Leaders of CPI and CPI(M), however, do not want to speculate on how this would impact efforts to put together a non-Congress, non-BJP alternative
As seat-sharing talks between the All India Anna Dravida Munnetra Kazhagam (AIADMK) and the two main Left parties hit a deadlock on Wednesday, the Communist Party of India (Marxist) and the Communist Party of India maintained there was no question of settling for a seat each as was being offered to them.
Conceding a deadlock in talks, leaders of the two parties, however, did not want to speculate on how this would impact efforts to put together a non-Congress, non-BJP alternative at the Centre. In fact, Tamil Nadu was one State where the Left and the AIADMK could complement each other. Already, the Left has given up on seat-sharing with the Janata Dal (United) in Bihar, Biju Janata Dal in Odisha and Janata Dal (Secular) in Karnataka.
“The AIADMK offer is unacceptable to us as we have been contesting three seats each for the last couple of Lok Sabha elections. This is unacceptable to us.” The leaders of the two Left parties are expected to meet within the next 48 hours for evolving a joint response after the CPI State Executive meets on Thursday. The CPI(M) State Committee met on Wednesday.
Though the deadlock in Tamil Nadu has come as a setback, the Left leaders insist the third alternative was always conceived as a post-poll arrangement. “It all depends on how many seats each one wins in respective States,” Uttar Pradesh Chief Minister and Samajwadi Party leader Akhilesh Yadav told The Hindu.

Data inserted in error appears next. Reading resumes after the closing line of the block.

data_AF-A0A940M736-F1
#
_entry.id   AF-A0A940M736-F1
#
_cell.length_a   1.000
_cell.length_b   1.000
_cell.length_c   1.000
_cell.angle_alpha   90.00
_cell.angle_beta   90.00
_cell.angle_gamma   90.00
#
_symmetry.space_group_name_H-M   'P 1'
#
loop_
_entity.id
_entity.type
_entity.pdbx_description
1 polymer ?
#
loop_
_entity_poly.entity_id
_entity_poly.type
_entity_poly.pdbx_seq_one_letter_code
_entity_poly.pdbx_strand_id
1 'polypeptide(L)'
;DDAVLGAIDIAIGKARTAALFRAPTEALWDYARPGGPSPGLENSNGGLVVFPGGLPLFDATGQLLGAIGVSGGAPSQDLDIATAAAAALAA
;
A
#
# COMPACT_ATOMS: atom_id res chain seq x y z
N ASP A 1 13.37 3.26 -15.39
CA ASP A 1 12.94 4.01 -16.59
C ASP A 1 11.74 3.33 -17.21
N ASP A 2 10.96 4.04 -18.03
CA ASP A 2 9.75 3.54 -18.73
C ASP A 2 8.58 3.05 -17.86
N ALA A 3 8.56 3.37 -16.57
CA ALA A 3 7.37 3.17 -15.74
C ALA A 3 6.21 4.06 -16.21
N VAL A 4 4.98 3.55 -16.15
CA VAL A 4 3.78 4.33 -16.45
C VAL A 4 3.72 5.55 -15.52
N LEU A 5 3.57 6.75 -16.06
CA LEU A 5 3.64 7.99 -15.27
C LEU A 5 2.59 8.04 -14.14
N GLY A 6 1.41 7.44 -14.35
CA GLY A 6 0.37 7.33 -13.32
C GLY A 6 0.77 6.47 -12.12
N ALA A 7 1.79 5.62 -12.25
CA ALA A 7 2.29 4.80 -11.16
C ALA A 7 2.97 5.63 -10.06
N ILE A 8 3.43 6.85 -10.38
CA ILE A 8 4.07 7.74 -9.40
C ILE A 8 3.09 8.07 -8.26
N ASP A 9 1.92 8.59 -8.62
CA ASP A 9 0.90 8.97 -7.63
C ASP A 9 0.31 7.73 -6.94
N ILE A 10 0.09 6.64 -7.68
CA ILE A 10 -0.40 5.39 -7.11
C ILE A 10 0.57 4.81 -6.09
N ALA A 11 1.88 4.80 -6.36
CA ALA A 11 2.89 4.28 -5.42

Similar views were articulated by a Left party leader on condition of anonymity. “Most of the 11 parties that came together in Parliament on February 5 to form a separate bloc are regional outfits and each wants to pick up the maximum number of seats possible. This was more or less expected; we do not plan to give up seats in West Bengal or Kerala.”
Explaining the rationale of the effort to prop up a non-Congress, non-BJP alternative despite inherent contradictions that are now coming to the fore, CPI(M) general secretary Prakash Karat had in an article in February 2014 said: “Since many of the parties in this emerging alternative are State-based, it is not feasible to have seat adjustments with other constituent parties in other states. But all these parties can pool their strength from their respective states for an all-India combination.”